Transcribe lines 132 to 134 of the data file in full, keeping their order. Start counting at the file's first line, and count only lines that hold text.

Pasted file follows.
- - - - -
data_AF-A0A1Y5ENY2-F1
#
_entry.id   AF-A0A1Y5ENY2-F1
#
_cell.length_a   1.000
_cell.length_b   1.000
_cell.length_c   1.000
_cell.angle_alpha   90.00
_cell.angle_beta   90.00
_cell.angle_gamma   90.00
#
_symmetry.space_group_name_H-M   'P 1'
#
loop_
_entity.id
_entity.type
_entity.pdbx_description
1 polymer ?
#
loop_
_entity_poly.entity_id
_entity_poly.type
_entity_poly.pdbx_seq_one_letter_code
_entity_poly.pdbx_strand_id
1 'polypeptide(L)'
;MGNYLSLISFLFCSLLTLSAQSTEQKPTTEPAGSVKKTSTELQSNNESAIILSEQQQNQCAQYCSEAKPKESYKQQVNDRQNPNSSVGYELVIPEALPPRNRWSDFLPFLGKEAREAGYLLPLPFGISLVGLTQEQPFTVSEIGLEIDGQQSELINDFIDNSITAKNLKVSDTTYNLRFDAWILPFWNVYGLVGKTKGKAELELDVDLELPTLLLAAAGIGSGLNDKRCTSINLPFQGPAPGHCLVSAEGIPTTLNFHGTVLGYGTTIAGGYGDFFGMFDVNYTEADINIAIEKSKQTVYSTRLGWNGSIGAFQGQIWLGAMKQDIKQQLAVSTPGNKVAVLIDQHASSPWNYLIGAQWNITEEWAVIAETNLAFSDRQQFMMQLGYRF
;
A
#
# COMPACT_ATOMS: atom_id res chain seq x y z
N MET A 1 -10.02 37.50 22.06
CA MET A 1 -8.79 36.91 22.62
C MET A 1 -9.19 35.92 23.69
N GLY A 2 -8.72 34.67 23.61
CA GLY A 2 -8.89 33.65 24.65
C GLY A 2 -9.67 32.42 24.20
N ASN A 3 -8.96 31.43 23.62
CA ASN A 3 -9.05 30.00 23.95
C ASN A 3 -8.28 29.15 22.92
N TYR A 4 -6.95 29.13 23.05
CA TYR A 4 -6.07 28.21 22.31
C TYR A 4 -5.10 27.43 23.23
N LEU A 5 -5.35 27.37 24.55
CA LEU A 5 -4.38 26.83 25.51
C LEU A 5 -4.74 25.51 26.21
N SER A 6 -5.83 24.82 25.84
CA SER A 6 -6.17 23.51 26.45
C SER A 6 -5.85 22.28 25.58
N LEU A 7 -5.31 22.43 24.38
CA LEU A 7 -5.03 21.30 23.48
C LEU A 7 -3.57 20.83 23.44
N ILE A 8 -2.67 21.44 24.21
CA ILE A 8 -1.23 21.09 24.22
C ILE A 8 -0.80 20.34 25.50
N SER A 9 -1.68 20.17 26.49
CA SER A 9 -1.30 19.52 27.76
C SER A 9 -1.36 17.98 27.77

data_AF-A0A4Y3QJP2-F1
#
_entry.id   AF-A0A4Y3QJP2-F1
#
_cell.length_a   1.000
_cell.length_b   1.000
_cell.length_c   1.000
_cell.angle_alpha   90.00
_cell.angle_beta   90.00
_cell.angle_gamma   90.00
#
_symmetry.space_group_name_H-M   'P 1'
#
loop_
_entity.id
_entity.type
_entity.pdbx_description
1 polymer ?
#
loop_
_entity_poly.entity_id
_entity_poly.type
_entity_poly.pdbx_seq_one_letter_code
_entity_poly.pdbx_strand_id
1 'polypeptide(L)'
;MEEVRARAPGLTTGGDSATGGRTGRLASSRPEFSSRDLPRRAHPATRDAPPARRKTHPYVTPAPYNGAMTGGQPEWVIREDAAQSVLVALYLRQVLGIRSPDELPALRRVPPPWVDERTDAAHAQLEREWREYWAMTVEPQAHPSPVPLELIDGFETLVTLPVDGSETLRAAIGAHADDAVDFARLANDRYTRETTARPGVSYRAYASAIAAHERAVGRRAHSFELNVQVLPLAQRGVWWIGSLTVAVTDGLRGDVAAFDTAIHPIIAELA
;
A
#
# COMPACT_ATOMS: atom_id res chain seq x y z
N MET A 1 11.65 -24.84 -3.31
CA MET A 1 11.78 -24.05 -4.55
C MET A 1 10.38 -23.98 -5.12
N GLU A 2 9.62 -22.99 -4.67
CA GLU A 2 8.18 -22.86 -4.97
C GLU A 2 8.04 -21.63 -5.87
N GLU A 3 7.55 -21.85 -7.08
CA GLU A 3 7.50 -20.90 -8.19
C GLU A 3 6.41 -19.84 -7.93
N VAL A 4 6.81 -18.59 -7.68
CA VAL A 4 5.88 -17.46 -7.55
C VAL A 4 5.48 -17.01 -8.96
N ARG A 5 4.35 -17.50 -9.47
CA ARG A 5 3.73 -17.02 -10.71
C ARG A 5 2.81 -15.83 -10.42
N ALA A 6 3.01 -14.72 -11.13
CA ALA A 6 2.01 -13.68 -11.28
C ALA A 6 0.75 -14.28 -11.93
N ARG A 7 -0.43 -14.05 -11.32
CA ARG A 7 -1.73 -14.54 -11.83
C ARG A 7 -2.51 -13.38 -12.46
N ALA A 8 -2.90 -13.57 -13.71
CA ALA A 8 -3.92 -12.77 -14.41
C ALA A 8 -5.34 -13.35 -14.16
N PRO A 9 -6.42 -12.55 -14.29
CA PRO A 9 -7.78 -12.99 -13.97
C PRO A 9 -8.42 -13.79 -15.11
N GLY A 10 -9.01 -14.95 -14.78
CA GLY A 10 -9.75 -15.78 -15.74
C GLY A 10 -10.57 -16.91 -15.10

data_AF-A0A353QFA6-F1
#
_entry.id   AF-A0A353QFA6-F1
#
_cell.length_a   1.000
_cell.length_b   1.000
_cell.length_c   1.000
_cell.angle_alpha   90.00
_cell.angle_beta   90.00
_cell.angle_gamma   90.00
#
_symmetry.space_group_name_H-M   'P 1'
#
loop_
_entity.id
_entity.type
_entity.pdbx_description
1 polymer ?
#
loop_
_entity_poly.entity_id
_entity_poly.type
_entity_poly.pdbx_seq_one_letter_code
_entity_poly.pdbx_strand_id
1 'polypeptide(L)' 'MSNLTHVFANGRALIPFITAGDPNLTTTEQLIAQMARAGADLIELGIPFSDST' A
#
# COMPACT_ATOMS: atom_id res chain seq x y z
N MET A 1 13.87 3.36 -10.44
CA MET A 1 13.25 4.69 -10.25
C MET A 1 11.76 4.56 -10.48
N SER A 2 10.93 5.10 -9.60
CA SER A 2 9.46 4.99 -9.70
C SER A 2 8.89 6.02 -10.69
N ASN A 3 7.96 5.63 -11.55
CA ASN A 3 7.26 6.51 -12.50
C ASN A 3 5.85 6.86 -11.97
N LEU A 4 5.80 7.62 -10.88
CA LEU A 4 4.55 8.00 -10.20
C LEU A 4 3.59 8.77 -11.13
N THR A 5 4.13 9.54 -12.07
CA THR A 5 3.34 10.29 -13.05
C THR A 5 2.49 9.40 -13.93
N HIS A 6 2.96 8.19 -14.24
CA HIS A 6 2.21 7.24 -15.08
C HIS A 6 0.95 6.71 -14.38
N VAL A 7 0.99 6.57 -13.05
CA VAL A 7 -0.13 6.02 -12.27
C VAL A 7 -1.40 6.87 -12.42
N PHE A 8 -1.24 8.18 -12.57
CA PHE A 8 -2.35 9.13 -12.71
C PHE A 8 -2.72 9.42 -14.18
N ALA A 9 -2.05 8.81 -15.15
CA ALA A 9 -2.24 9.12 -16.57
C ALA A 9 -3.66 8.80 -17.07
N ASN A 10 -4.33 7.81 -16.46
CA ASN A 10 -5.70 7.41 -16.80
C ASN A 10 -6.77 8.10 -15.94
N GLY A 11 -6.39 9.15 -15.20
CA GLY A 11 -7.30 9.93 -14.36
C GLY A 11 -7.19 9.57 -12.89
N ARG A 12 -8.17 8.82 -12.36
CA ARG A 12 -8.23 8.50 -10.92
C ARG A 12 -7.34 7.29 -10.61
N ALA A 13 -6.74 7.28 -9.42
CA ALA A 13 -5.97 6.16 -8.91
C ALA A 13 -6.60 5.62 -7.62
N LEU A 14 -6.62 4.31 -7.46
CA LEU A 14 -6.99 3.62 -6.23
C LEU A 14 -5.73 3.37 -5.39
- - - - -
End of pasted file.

_entity.id
_entity.type
_entity.pdbx_description